Best lenses for your Sony SLT Alpha 99: 22 wide-angle, standard and telephoto models analyzed!

Introduction

Sony SLT Alpha 99 and its lens: A mount lens database overview

With the introduction of SLT models featuring the novel ‘translucent’ mirror technology, Sony were the first to break with the traditional reflex mirror and optical pentaprism found in rival SLR systems. As well as adopting an electronic viewfinder, the novel system utilizes a semi-transparent mirror (or “Translucent” mirror, as Sony calls it), which remains in the lens’ light path. Fixed “pellicle’ mirrors aren’t new of course, the partially silvered mirror allows for conventional viewfinder based phase-detection AF and metering systems to be retained.

In fact, this system allows for full-time continuous phase-detection AF (PDAF) during live view and video capture. As successor to the A900 DSLR, the SLT-A99 stands-out as the first full-frame model from the firm to move to an electronic viewfinder and the first to supplement the viewfinder AF system with a second 102-point PDAF-assist sensor array overlaying the 24.3-MPix CMOS sensor. As well as the option to capture 14-bit RAW files, the camera also adopts what the firm describes as ‘newly developed multi-segment OLPF’ designed to enhance the sensor’s resolving power.

As promising as all this sounds, the sensor is only a part of the imaging chain and the image quality will inevitably vary across different lens models. The aim of this concise guide is to assist the reader in choosing the most appropriate lens for the camera based on optical performance, while being mindful of the price. We’ve tested the Alpha 99 with 22 different A-mount lens models (primes as well as zooms) with a range of focal lengths encompassing 16mm to 500mm, including Sony made lenses and those from third parties. Listed below are some of the lenses we’ve analyzed. We’ve performance data on some of the latest models but we’ve also included information from a few of the older Konica Minolta lenses that can be found used at competitive prices:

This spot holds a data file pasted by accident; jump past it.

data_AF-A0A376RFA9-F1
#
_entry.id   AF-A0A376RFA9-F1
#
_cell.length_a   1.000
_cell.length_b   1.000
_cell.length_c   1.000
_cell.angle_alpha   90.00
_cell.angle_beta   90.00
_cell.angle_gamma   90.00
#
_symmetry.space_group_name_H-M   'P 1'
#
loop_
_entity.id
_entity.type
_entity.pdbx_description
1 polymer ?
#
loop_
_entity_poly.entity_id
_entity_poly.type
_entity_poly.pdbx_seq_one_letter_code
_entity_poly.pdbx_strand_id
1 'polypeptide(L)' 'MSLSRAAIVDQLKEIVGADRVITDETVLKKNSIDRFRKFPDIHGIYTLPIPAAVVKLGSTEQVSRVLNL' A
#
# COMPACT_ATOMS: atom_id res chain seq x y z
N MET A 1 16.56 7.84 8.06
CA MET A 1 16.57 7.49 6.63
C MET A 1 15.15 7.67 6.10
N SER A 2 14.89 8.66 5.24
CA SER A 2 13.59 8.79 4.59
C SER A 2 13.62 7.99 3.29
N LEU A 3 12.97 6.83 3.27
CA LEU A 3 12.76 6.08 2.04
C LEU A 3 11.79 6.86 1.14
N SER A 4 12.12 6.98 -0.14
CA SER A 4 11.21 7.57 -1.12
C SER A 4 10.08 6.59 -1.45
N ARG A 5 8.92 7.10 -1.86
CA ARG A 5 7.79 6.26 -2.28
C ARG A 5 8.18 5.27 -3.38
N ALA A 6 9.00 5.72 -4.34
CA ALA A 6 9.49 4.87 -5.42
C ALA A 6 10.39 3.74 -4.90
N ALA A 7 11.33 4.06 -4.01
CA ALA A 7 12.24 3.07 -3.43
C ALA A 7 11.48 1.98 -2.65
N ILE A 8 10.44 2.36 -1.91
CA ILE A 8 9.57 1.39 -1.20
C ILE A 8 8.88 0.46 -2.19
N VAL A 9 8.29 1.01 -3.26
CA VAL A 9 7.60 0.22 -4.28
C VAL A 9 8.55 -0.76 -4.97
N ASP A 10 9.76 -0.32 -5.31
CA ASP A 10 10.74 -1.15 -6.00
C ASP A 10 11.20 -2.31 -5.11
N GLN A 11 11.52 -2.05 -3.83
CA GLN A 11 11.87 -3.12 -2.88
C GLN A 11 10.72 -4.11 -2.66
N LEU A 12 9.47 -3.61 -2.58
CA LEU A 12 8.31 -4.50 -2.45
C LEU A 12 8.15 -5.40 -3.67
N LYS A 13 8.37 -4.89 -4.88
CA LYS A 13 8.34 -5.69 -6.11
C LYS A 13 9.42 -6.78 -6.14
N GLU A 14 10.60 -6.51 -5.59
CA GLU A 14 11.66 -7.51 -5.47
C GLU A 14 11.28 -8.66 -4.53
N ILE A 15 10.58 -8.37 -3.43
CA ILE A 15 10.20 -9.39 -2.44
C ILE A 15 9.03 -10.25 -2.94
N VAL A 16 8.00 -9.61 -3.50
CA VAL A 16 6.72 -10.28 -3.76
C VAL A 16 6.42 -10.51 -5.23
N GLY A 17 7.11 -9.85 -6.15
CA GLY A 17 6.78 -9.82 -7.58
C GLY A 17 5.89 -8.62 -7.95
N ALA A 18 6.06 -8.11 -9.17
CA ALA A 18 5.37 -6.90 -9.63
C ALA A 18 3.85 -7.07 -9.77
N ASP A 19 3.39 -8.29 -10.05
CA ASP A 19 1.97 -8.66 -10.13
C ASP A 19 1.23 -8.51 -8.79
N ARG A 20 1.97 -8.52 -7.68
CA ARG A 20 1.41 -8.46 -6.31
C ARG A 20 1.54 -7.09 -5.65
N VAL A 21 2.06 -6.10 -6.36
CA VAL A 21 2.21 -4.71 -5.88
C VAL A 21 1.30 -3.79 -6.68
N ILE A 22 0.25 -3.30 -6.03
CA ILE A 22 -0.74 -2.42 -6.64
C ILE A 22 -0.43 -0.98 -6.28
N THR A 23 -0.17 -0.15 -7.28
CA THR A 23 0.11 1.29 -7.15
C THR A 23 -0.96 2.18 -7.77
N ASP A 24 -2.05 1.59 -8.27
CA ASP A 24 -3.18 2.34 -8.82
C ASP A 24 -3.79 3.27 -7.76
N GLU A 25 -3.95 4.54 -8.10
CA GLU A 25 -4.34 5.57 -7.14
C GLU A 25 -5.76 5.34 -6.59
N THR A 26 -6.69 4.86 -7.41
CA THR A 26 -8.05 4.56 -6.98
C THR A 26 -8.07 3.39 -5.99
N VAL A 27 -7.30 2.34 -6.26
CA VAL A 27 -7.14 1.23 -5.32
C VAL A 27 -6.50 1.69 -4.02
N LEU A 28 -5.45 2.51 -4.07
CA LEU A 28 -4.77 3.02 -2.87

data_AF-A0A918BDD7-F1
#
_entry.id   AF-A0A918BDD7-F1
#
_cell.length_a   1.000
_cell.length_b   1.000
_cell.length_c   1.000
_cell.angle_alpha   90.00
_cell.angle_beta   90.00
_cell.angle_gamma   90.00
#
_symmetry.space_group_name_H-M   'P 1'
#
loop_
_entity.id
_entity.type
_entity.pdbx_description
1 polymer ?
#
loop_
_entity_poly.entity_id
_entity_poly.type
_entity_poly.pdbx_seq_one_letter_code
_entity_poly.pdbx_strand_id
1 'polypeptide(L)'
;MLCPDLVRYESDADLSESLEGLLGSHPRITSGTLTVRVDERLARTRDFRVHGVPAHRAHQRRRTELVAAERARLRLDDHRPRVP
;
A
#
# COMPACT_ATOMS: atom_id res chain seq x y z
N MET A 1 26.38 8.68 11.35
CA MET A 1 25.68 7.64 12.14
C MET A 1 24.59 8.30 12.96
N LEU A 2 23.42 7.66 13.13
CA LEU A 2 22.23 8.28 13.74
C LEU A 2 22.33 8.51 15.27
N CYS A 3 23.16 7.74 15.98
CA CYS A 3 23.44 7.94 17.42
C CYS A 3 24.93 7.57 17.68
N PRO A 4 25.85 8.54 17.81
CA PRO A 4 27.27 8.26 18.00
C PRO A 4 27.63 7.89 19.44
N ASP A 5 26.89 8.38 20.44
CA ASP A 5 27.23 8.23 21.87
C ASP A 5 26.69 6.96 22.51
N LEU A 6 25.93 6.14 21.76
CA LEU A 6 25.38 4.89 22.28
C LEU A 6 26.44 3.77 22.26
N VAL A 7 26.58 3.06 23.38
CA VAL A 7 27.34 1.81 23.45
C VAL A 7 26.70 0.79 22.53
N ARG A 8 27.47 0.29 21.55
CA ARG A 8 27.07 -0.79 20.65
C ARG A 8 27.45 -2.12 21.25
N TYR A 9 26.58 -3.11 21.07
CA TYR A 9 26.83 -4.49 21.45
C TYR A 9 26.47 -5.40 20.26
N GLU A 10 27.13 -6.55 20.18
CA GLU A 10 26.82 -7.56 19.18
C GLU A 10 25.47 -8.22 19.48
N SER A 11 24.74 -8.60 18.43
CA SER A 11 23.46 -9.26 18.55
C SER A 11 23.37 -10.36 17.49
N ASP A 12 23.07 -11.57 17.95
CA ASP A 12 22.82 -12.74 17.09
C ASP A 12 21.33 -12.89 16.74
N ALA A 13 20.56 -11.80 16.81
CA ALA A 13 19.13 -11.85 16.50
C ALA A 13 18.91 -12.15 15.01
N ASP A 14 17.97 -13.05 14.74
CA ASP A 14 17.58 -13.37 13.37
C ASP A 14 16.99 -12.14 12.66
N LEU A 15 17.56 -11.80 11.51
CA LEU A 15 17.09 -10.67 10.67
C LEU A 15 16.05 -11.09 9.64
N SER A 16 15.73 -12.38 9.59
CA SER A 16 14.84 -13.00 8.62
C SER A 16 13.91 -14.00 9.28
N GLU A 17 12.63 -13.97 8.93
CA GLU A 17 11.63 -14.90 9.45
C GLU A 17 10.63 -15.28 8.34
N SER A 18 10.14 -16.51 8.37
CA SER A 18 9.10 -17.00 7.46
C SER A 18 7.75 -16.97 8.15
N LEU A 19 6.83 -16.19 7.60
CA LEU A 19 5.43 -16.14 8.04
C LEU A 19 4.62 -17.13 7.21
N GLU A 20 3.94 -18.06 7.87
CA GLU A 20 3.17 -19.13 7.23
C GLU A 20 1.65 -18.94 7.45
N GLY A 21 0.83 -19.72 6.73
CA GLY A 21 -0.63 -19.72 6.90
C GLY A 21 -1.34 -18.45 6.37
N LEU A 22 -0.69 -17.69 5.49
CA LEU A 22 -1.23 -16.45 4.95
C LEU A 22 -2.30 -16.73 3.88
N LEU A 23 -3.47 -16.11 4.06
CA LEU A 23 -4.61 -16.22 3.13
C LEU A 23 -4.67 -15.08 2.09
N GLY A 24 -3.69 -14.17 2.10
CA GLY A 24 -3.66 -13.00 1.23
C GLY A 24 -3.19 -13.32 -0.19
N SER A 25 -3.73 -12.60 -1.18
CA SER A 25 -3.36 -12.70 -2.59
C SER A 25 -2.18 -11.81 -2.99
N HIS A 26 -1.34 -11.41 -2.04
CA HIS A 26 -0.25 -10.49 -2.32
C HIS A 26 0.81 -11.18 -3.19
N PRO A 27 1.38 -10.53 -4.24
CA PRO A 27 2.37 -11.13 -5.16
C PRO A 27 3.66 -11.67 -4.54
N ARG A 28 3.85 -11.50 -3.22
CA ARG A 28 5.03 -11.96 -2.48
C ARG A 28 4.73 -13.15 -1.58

Sigma 105mm F2.8 EX DG OS HSM Macro Sony
Sony 300mm F2.8 G SSM II
Sony 50mm f/1.4
Tamron SP 24-70mm F/2.8 Di USD Sony
Konica Minolta AF 28-100mm f/3.5-5.6 (D)
Konica Minolta AF 28-75mm f/2.8 (D)
Tamron SP AF 28-75mm F/2.8 XR Di LD Aspherical [IF] Sony
Carl Zeiss Distagon T* 2/24 ZA Sony

With a DxOMark Score of 33 points, the top-performing Sony A-mount lens in our database is the $1426 Sony made, Zeiss designed Planar T* 85mm f/1.4 ZA. Sony’s 50mm f/1.4 or the older Konica Minolta AF 50mm f/1.4 represents good value and score highly, while the Sony 100mm f/2.8 Macro at $679 or perhaps the Sigma equivalent could be pressed into service as a portrait lens if the shorter, faster Zeiss is out of reach.

Of those tested, the best performing wide-angle lenses are the Zeiss Distagon T* 2/24 and the Sony 35mm f/1.4G, achieving 25 and 24 points, respectively, on our DxOMark Score, though the best value is the modest little Sony 28mm f/2.8 $270 with a DxOMark score of 17 points.